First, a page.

The chaotic inaugural presidential debate between President Donald Trump and former Vice President Joe Biden culminated in one of the most contentious exchanges of the night, with Trump doubling down on his intent to sow doubt in the integrity of the election system.
After Biden committed to accepting the results of the election – regardless of the outcome – and stressed the security of mail-in ballots, Trump insisted, without any evidence, that “this is going to be a fraud like you’ve never seen.”
“These ballots are going to be all over,” he said. “Its a fraud and it’s a shame.”
Trump, who, as Biden noted, votes by mail himself, has uttered many of these sentiments before. But the optics of relaying them during a debate expected to draw over 100 million viewers still baffled and infuriated legal experts. “The President’s answer about fraudulent ballots was nonsense,” says Mark Gaber, director of trial litigation at the bipartisan Campaign Legal Center. “All validly cast ballots — including mail-in-ballots like those cast by the President in Florida — will be counted and the winner in each state will be determined by counting the ballots.”
Rick Hasen, a law professor at University of California, Irvine and an election law expert, wrote on Twitter that questioning the elections process will cause voters to question the system as a whole when issues inevitably arise. “Let’s admit this now: We are not going to have a perfect election in November. There will be reports of ballots sent to voters that end up in the trash or in a ditch,” he wrote. “This doesn’t mean we won’t have a fair election overall, and we should not allow cynical political operatives to parlay small-bore errors into a full-scale attack on the integrity of the November vote.”
Trump’s rhetoric on the validity of the elections process was both lacking evidence and in stark contrast to how the issue is being judged in courtrooms across the country. The Trump campaign and the Republican National Committee have filed a series of lawsuits in states that have expanded mail-in-voting — many as a result of the coronavirus pandemic — alleging that these new regulations are a blueprint for fraud and will undermine the integrity of the election system. This has largely been a losing battle. In crucial swing states like Wisconsin and Pennsylvania, the courts have ruled in favor of expanded access to mail-in voting.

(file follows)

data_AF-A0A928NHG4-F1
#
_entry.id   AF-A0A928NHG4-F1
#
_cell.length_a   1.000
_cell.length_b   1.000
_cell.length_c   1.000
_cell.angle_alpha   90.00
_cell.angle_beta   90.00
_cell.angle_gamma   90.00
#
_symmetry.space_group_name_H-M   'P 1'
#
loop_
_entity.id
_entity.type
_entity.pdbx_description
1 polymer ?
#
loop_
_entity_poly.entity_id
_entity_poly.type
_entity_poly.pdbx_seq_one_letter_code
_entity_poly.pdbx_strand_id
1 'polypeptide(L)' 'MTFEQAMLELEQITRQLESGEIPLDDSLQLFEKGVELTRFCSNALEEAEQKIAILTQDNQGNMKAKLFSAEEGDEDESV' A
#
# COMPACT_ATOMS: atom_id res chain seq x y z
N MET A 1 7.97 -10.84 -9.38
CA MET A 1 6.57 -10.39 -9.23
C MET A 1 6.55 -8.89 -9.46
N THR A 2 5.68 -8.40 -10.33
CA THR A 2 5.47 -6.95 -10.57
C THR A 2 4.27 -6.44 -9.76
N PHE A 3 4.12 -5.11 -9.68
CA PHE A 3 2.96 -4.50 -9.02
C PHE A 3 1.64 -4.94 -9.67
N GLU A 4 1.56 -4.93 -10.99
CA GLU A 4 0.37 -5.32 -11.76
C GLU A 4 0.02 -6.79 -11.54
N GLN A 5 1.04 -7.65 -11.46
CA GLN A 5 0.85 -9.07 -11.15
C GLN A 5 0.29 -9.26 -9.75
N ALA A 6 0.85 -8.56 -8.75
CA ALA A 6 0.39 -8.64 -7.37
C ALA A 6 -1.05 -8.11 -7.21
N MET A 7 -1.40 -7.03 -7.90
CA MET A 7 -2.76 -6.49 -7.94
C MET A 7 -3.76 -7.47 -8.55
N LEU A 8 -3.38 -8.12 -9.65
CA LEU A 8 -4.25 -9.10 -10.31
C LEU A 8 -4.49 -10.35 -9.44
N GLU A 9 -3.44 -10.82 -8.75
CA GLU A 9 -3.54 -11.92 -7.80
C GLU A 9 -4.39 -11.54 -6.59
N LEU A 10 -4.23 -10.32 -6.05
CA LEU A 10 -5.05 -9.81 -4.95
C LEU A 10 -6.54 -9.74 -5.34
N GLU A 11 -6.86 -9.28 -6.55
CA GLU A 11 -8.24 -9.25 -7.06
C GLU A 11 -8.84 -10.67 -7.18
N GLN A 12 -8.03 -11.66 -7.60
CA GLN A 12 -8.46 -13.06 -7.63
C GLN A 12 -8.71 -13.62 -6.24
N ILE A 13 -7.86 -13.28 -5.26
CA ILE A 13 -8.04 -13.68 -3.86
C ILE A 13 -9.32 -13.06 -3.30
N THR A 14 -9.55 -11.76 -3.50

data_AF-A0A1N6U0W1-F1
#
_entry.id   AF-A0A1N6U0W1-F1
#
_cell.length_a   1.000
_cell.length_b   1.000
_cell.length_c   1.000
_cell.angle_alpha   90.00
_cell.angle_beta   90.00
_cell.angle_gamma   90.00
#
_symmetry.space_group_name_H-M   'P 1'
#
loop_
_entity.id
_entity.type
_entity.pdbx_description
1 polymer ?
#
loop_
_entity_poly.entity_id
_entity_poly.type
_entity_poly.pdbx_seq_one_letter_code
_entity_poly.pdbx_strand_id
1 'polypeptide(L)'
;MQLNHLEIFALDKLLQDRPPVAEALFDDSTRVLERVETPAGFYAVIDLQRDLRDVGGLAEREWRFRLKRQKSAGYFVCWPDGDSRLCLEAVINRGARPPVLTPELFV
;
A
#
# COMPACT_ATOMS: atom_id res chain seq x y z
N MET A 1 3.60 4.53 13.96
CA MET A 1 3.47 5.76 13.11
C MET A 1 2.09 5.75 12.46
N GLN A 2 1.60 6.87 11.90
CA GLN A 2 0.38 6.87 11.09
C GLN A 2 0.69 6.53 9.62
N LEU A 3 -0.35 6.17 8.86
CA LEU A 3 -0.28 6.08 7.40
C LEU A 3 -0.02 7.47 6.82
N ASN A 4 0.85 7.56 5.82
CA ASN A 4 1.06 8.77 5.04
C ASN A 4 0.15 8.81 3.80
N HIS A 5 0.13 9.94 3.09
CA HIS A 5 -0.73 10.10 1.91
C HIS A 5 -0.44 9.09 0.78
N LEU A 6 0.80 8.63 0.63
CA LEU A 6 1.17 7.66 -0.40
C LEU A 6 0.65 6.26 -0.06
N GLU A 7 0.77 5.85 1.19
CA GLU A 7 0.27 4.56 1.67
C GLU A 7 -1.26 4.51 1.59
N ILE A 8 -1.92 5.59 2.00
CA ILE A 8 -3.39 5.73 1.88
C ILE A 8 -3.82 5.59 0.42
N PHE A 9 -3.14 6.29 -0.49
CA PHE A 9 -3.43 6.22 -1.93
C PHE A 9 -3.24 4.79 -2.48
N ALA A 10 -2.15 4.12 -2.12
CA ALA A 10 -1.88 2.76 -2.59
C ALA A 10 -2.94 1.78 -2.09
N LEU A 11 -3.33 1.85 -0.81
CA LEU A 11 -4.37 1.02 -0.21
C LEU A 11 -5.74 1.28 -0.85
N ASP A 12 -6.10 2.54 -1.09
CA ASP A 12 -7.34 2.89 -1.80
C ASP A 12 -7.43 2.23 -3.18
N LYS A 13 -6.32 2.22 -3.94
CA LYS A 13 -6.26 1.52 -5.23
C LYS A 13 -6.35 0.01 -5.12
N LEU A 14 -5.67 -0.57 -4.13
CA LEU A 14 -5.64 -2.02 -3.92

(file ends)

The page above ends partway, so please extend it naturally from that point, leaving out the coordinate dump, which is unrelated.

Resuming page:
Just hours before the debate was slated to begin, Marc Elias, chair of Perkins Cole’s Political Law Group who is leading litigation efforts across the country for Democrats, wrote on Twitter that a federal judge in Wisconsin had denied Republicans’ request to overturn the decision that allows voters’ mail-in ballots to be counted through November 9th. “We are not tired of winning!” he tweeted.
The Trump campaign and its associates are pushing back, though. In Pennsylvania, the state Supreme Court ruled earlier this month that the state could receive absentee ballots through November 6, providing that they were postmarked on or before Election Day, and that ballot drop-boxes were permissible. On Monday, lawyers for the top Republican lawmakers in the state filed an emergency petition with the U.S. Supreme Court to try and overturn the ruling. Some legal experts doubt the Supreme Court will ultimately take the case, arguing that they would eschew the politics involved. But Trump said during the debate he was relying on the Supreme Court “for the ballots,” generating further alarm among legal experts and Democrats.
This anxiety was evident on Tuesday, as Biden used his platform on to try and urge the American people that that the best remedy to counteract such uncertainty is to vote. “This is all about trying to dissuade people from voting because he’s trying to scare people into thinking it’s not going to be legitimate,” Biden said. “If we get the votes, it’s going to be all over. He can’t stay in power.”
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